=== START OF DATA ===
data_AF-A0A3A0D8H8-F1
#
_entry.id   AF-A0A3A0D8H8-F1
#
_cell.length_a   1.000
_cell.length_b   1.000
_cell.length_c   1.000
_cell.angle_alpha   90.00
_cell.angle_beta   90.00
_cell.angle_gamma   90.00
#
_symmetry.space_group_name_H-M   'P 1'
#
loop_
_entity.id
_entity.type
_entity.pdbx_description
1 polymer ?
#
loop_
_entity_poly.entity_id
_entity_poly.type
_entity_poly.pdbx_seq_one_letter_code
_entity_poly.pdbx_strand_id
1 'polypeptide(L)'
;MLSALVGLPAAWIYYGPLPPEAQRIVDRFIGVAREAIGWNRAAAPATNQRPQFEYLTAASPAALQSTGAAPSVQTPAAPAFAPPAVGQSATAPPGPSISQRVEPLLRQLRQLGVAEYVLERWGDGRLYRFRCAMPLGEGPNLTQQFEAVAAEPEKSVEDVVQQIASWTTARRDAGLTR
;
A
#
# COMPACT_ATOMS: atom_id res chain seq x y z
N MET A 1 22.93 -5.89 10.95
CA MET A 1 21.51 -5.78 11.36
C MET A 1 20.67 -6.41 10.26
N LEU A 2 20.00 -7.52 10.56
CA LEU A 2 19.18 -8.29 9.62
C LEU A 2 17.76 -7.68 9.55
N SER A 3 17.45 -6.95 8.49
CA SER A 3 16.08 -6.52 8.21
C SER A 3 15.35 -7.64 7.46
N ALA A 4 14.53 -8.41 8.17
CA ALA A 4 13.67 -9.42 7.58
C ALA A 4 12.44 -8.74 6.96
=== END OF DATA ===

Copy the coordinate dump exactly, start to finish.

data_AF-A0A3A0D8H8-F1
#
_entry.id   AF-A0A3A0D8H8-F1
#
_cell.length_a   1.000
_cell.length_b   1.000
_cell.length_c   1.000
_cell.angle_alpha   90.00
_cell.angle_beta   90.00
_cell.angle_gamma   90.00
#
_symmetry.space_group_name_H-M   'P 1'
#
loop_
_entity.id
_entity.type
_entity.pdbx_description
1 polymer ?
#
loop_
_entity_poly.entity_id
_entity_poly.type
_entity_poly.pdbx_seq_one_letter_code
_entity_poly.pdbx_strand_id
1 'polypeptide(L)'
;MLSALVGLPAAWIYYGPLPPEAQRIVDRFIGVAREAIGWNRAAAPATNQRPQFEYLTAASPAALQSTGAAPSVQTPAAPAFAPPAVGQSATAPPGPSISQRVEPLLRQLRQLGVAEYVLERWGDGRLYRFRCAMPLGEGPNLTQQFEAVAAEPEKSVEDVVQQIASWTTARRDAGLTR
;
A
#
# COMPACT_ATOMS: atom_id res chain seq x y z
N MET A 1 22.93 -5.89 10.95
CA MET A 1 21.51 -5.78 11.36
C MET A 1 20.67 -6.41 10.26
N LEU A 2 20.00 -7.52 10.56
CA LEU A 2 19.18 -8.29 9.62
C LEU A 2 17.76 -7.68 9.55
N SER A 3 17.45 -6.95 8.49
CA SER A 3 16.08 -6.52 8.21
C SER A 3 15.35 -7.64 7.46
N ALA A 4 14.53 -8.41 8.17
CA ALA A 4 13.67 -9.42 7.58
C ALA A 4 12.44 -8.74 6.96